Randy Shaw wrote a piece (“SF Public Defender Wrong About Tenderloin Drug Dealing,” December 11) challenging me about my stand on drug arrests and strategy in the Tenderloin the day after I was quoted in the Chronicle, claiming that my disapproval of current police strategy is “essentially suggesting” that authorities should “allow the Tenderloin to remain open for illegal drug activities.”
I suggest no such thing, essentially or otherwise. What I do strongly believe is that Tenderloin residents are entitled to solutions that will meaningfully impact their community in the long-term, not merely provide a short-lived hiatus in drug sales, nor temporarily shift drugs to the other side of the street, the next block, or the next underserved community. I speak from over 19 years’ experience as an SF public defender during which I have represented hundreds and hundreds of Tenderloin residents.
No doubt “hot-spot policing” may reduce drug traffic temporarily in that particular spot. Is that the best—and only—thing that we ask our leaders to do? I want our leaders to focus on outreaching to folks who are so desperate they put their safety in jeopardy with inherently dangerous work, causing inevitable interaction with frustrated and scared police officers and routine dehumanization in the cycle in and out of jail. I want our leaders to find out what services are needed to prompt people to make different choices and then to make those services available, free of shame.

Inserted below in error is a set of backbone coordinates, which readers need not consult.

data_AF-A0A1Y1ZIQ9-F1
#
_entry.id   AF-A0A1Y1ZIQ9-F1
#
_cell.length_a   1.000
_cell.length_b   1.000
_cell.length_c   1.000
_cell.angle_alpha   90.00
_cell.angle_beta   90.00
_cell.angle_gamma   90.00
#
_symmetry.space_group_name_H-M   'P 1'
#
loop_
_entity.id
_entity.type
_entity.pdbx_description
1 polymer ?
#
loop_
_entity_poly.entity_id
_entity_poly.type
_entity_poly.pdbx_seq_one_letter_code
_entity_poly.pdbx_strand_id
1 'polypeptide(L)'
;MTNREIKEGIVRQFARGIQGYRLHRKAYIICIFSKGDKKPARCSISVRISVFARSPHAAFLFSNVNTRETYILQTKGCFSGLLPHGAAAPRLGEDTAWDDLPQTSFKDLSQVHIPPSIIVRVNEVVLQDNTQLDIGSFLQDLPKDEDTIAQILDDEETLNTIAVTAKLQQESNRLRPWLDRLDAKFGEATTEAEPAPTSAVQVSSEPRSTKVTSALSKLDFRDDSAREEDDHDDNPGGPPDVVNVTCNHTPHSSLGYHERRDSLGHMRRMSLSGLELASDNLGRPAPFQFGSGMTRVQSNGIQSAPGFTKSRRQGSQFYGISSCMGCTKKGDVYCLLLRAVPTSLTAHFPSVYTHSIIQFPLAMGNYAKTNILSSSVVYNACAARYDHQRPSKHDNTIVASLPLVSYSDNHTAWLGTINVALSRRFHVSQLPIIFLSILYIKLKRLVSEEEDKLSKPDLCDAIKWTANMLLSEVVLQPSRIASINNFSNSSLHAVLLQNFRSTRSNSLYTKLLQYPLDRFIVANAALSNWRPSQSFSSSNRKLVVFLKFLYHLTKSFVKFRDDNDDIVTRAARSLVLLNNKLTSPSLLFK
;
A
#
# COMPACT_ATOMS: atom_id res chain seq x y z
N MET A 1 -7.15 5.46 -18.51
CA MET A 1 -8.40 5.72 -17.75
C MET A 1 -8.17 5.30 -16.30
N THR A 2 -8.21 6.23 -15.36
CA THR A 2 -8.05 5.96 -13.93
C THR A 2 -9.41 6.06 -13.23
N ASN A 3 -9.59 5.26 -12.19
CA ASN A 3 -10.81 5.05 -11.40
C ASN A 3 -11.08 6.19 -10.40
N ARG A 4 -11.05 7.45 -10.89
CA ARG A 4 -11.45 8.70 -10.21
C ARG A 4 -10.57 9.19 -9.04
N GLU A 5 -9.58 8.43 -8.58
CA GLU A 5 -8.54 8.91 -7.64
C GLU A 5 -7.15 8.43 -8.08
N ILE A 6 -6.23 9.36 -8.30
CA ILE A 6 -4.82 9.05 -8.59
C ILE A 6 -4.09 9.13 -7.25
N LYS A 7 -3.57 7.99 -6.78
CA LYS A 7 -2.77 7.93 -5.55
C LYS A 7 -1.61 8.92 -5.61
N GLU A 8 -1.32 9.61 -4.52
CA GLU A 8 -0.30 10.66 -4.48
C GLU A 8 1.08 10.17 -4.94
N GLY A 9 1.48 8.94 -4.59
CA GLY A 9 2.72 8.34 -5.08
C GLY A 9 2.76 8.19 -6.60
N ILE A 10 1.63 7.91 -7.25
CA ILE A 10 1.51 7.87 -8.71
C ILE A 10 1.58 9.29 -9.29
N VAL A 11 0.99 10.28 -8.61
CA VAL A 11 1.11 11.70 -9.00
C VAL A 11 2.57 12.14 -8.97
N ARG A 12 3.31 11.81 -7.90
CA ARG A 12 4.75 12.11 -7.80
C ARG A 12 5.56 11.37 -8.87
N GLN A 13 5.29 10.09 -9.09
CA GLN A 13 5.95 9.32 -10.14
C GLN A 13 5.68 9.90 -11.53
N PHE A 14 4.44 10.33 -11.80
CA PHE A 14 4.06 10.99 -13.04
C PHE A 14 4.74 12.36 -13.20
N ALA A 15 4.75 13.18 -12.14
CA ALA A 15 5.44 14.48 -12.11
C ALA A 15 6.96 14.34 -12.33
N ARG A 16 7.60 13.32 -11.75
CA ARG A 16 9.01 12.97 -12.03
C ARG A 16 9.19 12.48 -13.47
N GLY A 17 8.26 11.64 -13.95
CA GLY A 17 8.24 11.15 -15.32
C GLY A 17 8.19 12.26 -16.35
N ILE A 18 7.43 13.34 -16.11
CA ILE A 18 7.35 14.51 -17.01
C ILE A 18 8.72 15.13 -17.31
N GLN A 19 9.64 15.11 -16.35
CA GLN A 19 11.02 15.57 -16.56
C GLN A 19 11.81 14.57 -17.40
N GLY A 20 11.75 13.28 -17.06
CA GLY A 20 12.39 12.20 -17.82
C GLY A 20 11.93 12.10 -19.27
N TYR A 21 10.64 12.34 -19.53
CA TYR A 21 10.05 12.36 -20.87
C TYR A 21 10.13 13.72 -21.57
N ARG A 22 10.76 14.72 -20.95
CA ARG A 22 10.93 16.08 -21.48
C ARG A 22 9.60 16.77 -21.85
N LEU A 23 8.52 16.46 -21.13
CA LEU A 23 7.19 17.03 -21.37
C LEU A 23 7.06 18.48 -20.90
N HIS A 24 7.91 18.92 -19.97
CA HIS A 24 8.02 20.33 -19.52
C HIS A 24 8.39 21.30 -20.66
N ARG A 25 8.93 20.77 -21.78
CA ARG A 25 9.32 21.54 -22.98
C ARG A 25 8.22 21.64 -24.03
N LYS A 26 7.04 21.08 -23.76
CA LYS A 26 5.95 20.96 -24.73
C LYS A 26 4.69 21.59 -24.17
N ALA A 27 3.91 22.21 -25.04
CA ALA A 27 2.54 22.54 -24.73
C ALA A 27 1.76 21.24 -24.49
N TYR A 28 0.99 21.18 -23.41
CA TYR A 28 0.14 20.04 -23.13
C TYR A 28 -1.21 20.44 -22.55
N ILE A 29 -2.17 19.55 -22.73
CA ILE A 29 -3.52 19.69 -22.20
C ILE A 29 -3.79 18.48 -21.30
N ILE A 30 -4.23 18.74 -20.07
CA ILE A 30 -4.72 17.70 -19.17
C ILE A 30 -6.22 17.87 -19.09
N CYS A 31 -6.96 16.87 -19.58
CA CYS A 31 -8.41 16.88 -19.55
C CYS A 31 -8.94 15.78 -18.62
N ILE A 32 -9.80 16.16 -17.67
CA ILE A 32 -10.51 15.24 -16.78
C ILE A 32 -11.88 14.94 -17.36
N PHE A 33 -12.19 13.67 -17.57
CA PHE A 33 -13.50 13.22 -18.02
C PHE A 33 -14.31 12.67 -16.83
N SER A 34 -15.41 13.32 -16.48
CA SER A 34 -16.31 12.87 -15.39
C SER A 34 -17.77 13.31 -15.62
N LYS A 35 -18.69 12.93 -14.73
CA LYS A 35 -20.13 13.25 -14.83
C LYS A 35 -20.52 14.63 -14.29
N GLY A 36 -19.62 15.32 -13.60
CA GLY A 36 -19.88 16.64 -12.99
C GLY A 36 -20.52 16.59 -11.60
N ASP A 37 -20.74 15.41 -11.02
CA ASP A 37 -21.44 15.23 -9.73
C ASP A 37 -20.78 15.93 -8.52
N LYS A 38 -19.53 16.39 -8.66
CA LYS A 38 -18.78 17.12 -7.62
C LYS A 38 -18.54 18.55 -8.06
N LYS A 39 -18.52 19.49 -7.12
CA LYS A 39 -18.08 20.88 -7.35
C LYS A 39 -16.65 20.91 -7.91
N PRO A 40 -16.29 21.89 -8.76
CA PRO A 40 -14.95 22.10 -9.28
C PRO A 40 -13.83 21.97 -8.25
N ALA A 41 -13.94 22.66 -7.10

The San Francisco Public Defender’s Office has taken proactive steps to get at the root problems — addiction, homelessness, housing insecurity, and mental and psychiatric illness. We’ve partnered with several agencies, including the police, in the L.E.A.D. program, or Law Enforcement Assisted Diversion. This program focuses on low-level drug offenders in the Mission and Tenderloin, offering them community-based health and social services as an alternative to jail. We can keep chipping away at San Francisco’s drug issue crumb by crumb or we can expand and complement programs that offer real solutions.
By arresting street-level drug sellers on low-level offenses—all addicts supporting their own habits or destitute individuals trying to merely get by or being controlled by the higher-ups actually profiting from the sales—instead of investing in outreach or implementing operations to cut off the supply before it gets to the street, SFPD insists on perpetuating a revolving-door system: arrest, charge, release, repeat. Those who live and work in the Tenderloin and all underserved neighborhoods deserve so much more.
Danielle Harris, Felony Manager, San Francisco Public Defender’s OfficeFiled under: Letters to the Editor